"A few days in, it rediscovers known best plays, and in the final days goes beyond those plays to find something even better", Hassabis says. Unlike the earlier versions of AlphaGo which learnt how to play the game using thousands of human amateur and professional games, AlphaGo Zero learnt to play the game of Go simply by playing games against itself, starting from completely random play. "We're quite excited because we think this is now good enough to make some real progress on some real problems". By March that year AlphaGo had beaten human champion Lee Se-dol - a feat previously thought impossible for computer systems given the complexity of Go compared to the more computer-friendly game of chess. The machine learned from some 30 million moves in games played by human experts to the point where he could anticipate the opponent's move with an accuracy of 57 percent of the time. That the team could build such an algorithm that surpassed previous versions using less training time and computer power "is nothing short of amazing", he adds.
Go is a complex ancient East Asian strategy game, played on a 19-by-19 grid.
To accomplish this, the company used a machine learning technique called "reinforcement learning" to push Zero to optimize its gameplay. For each turn, AlphaGo Zero drew on its past experience to predict the most likely ways the rest of the game could play out, judge which player would win in each scenario and choose its move accordingly.
By the 40th day, AlphaGo Zero could already beat the best iteration of the original AlphaGo 100-0.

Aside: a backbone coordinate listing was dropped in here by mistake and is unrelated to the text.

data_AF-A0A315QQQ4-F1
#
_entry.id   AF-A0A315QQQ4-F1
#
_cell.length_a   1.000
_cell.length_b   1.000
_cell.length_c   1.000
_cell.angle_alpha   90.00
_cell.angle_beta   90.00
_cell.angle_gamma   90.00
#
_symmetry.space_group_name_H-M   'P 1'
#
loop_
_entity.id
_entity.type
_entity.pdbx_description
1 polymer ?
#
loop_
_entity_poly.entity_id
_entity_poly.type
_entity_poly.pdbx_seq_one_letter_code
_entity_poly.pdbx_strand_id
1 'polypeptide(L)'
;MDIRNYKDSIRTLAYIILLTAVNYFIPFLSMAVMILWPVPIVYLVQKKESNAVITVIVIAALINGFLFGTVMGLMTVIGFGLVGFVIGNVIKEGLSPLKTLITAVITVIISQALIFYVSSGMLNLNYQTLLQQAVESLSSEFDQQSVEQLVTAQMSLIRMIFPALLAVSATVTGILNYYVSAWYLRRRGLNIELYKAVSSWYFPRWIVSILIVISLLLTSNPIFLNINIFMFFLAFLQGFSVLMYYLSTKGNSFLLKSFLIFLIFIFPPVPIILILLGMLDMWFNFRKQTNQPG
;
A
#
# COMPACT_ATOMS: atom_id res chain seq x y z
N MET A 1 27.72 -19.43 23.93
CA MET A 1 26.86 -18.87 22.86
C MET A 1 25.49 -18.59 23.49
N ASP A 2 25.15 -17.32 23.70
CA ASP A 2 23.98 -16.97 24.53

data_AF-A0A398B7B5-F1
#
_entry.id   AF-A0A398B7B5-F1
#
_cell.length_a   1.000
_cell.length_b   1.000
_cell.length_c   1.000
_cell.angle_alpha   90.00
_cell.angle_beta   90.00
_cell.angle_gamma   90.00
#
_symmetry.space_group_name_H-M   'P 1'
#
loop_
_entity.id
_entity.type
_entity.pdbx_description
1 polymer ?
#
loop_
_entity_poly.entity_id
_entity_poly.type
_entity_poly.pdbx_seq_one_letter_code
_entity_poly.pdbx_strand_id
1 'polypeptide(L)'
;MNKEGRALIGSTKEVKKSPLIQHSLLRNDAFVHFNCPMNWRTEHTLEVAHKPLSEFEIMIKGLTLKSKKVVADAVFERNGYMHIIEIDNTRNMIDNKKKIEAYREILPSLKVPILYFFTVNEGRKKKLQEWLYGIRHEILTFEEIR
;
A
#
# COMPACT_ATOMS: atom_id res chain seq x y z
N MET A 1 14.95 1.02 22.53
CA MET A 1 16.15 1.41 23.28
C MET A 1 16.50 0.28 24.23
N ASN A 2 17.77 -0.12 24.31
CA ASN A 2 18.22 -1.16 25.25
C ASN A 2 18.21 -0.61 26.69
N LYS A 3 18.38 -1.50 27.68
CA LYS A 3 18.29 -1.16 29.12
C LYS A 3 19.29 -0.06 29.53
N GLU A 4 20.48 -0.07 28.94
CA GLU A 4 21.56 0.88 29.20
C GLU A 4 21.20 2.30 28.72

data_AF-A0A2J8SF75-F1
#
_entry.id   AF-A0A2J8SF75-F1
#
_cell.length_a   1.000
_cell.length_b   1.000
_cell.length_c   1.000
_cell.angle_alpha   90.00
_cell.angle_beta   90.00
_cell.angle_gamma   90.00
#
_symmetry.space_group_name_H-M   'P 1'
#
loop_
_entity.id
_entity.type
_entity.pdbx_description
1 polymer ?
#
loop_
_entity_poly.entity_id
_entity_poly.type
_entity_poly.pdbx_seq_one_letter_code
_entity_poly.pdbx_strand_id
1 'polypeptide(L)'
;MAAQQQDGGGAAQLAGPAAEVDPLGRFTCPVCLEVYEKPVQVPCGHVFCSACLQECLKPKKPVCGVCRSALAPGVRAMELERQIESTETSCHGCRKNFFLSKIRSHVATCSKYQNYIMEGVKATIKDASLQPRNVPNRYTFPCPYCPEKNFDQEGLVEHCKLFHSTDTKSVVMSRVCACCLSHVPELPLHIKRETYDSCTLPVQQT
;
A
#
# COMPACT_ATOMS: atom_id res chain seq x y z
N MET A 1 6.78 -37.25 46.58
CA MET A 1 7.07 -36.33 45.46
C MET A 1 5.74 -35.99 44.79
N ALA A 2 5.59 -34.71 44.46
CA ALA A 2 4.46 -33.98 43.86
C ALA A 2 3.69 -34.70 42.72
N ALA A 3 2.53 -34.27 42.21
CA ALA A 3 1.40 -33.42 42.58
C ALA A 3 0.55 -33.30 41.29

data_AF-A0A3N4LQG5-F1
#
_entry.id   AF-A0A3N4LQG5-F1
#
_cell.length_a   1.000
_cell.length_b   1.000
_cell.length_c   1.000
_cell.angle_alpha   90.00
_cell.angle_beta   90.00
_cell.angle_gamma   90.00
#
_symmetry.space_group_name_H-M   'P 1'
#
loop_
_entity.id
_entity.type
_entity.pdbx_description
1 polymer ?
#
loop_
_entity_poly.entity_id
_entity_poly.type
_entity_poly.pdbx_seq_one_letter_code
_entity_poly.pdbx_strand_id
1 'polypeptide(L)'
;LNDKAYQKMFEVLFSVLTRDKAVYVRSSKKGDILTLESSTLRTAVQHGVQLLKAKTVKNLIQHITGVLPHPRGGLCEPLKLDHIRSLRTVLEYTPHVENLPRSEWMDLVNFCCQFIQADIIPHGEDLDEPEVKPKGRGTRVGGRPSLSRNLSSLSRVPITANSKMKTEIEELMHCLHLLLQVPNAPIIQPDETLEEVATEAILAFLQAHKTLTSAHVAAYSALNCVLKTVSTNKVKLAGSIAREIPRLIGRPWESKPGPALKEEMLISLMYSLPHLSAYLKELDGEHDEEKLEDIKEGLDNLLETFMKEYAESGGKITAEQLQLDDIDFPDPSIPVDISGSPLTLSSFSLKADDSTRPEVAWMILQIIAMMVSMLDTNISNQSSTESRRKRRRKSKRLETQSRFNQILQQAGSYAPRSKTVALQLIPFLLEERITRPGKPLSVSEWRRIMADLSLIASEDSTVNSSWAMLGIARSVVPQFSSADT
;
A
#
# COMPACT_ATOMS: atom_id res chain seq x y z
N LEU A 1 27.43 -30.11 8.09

After just 40 days, AlphaGo Zero did the unthinkable and achieved a success rate of 90pc over the original AlphaGo.
The program hasn't mastered Go without human knowledge, he says, because "actually prior knowledge has gone into the construction of the algorithm itself". While AlphaGo's effectiveness in human games and against itself has shown that there's room for AI to surpass our capacity in tasks that we think are far too hard, the robot overlords aren't here yet.More news: North Korea is threatening the United States of America to make "an incredible impact"
The latest iteration, however, differs from its predecessors: AlphaGo Zero abandons all hand-engineered features, runs only one neural network (versus the two found in earlier models), and relies exclusively on its own knowledge to evaluate positions. What's novel about AlphaGo Zero is that instead of just running the tree search and making a move, it remembers the outcome of the tree search - and eventually of the game. This required many machines over several months, and used 48 specialised chips for neural network training, called TPUs. Instead of exploring possible outcomes from each position, it simply asks the network to predict a victor.
It has been reported that AlphaGo Zero won 100 out of 100 matches against AlphaGo Lee after self-learning for 72 hours. "We'd much rather trust the predictions of that one strong expert". This makes the algorithm both stronger and more efficient. But its predecessors used ten times that number.
Prof David Silver, of London based Deep Mind, said: "What we are most excited about is how far it can go in the real world".
He said: "A lot of the AlphaGo team are now moving onto other projects to try and apply this technology to other domains". One promising area, he suggested, is understanding how proteins fold, an essential tool for drug discovery. The puzzle shares some key features with Go, however.
In their study, the researchers describe the program using a term that is well-known to students of philosophy: Tabula rasa, which is Latin for "blank slate". In the longer term, such algorithms might be applied to similar tasks in quantum chemistry, materials design and robotics.